Back to the Badlands

Newsweek, 1995-11-27, by: Karen Schoemer
Bruce Springsteen revists the spirit of Nebraska
Spirits are at home in Bruce Springsteen's new album, "The Ghost of Tom Joad," and not just the one in the title. These bare, half-whispered songs, many recorded with just Springsteen accompanying himself on guitar and keyboards, are crawling with ghosts of everyday life: drifters and freight-train jumpers, street kids and drug dealers, illegal immigrants and migrant workers, absentee fathers and vanished lovers. There are ghosts, too, of Springsteen's past songs: Mary, the heroine of "Thunder Road" and "The River," crops up in "Straight Time" with a cold new glint in her eye. But the ghost that most pervasively haunts "Tom Joad" is that of a scrawny, wiry loner who 13 years ago wrote a dark little masterpiece called "Nebraska." After its release, that loner kind of disappeared. Nobody's quite sure what happened to him. A bigger, buffer fellow took his place, and he wrote some good songs, too, but that scrawny guy was missed. So sorely missed, in fact, that even today people haven't forgotten about him.

And the truth is that the pop world need him. Springsteen has always had his imitators, earnest singer-songwriters who put blue-collar concerts to catchy pop hooks. But from John Mallencamp to Melissa Etheridge, none has ever satisfied. The reason is that most of Springsteen's disciples cop his muscle and his car imagery without approaching his gift for storytelling. Etheridge's new album, "Your Little Secret," is a perfect example. On ballads like "All the Way to Heaven," she shows that she knows how to get her characters into a car but doesn't know how to drive them anywhere.

"The Ghost of Tom Joad" may be the first indication in more than a decade that Springsteen himself hasn't forgotten about the gangle guy he used to be. (He's supporting it with his first-ever solo acoustic tour, starting Nov. 26 in L.A. and continuing on into next year.) In the most obvious sense, "Tom Joad" is a sequel to "Nebraska." It follows similar skeletal arrangements, and it explores themes of displacement and despair. But what makes "Tom Joad" remarkable isn't just that Springsteen is finally singing quiet, pretty songs about convicts and killers again. Rather, it's that he seems to be reconnecting with himself and his artistic past. Springsteen's early albums formed a stunningly consistent body of work; Paul Nelson, writing in Rolling Stone in 1980, described "Born to Run," "Darkness on the Edge of Town" and "The River" as a trilogy tracing lives through innocence, experience and rebirth. But since "Nebraska," something has been missing. "Born in the U.S.A." may have been a blockbuster, but artistically it pales. The lowest point was the 1992 single "57 Channels (And Nothin' On)." Springsteen's life had changed drastically. He was rich now, and famous. Were we supposed to believe he was spending his time sitting around watching TV?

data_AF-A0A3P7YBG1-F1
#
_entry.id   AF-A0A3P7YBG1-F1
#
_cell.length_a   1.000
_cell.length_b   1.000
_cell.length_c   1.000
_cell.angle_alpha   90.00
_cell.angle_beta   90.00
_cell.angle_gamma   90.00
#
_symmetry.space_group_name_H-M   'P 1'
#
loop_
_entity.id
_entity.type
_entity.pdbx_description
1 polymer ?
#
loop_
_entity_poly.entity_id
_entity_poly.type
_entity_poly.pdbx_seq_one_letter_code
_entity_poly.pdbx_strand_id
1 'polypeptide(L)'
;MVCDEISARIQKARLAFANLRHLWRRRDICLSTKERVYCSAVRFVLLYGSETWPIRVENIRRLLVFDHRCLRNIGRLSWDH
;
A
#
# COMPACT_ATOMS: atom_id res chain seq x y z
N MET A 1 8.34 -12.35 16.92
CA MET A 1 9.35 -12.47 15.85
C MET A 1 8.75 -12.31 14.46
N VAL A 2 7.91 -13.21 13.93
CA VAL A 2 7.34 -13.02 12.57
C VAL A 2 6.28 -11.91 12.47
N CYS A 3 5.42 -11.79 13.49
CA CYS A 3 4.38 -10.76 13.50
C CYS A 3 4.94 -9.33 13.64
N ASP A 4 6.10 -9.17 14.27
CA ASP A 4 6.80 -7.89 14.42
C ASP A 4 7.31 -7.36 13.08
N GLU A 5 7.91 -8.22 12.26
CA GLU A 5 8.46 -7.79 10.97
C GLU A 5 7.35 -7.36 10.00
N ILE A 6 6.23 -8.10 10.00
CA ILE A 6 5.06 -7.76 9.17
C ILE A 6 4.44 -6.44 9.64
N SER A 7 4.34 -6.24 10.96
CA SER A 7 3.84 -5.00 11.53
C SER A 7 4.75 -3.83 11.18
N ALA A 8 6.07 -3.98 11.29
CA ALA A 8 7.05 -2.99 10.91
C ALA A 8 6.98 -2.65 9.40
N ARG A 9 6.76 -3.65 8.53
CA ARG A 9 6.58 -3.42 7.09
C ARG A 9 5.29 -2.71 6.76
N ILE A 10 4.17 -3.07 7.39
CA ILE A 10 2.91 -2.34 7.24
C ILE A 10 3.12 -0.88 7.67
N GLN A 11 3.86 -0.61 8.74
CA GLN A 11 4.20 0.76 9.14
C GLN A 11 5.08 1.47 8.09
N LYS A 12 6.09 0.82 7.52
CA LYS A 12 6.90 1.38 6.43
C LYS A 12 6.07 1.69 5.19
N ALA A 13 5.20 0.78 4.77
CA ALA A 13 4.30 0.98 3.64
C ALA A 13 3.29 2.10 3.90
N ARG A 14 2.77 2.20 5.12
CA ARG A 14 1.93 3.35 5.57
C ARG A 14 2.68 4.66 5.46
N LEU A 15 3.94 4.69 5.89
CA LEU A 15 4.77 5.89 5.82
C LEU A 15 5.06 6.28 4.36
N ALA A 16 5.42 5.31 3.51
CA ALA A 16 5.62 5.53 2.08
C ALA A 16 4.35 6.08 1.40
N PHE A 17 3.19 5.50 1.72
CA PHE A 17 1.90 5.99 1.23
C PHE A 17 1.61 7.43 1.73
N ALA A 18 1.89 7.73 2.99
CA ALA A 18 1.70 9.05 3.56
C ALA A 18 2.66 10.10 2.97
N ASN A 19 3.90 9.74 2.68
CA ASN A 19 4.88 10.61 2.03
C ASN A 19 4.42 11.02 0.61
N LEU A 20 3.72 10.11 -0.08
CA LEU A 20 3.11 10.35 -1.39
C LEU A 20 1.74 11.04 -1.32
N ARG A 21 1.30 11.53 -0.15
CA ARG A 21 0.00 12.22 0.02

"The Ghost of Tom Joad" delivers not just because it picks up the threads of "Nebraska" but because it spins them out further. California has replaced New Jersey as the ground where his dramas are played out, and Mexican migrants have replaced the greasers and hot rodders of yore. In "The Line," a white border patrolman gets duped by a lovely Tijuanan who wants to escape to Madera County. "Sinaloa Cowboys' tells the story of dirt-poor field workers who take treacherous new jobs cooking crystal meth. Put these together with the title track, which borrows from Tom Joad's final speech in "The Grapes of Wrath" ("Where there's a fight gainst the blood and hatred in the air/Look for me Mom I'll be there"), and you get an inkling of Springsteen's message. In the 56 years since "The Grapes of Wrath" was published, conditions haven't changed much--only skin color.

There's another important distinction between "Tom Joad" and "Nebraska." Back then, Springstene seldom left his characters without setting them on some definite course, be that on the road to escape or to the electric chair. On "Tom Joad," though, he leaves lives hanging. The bank robber of "Highway 29" sees his girlfriend die in his front seat, and all he can do is close his eyes. "Balboa Park" ends as a boy who's been hit by a car lies bleeding beneath an underpass. Will he live or die? The song doesn't say. Springsteen might be leaving loose ends for a purpose. As long as these stories are unresolved, he can take them anywhere he chooses.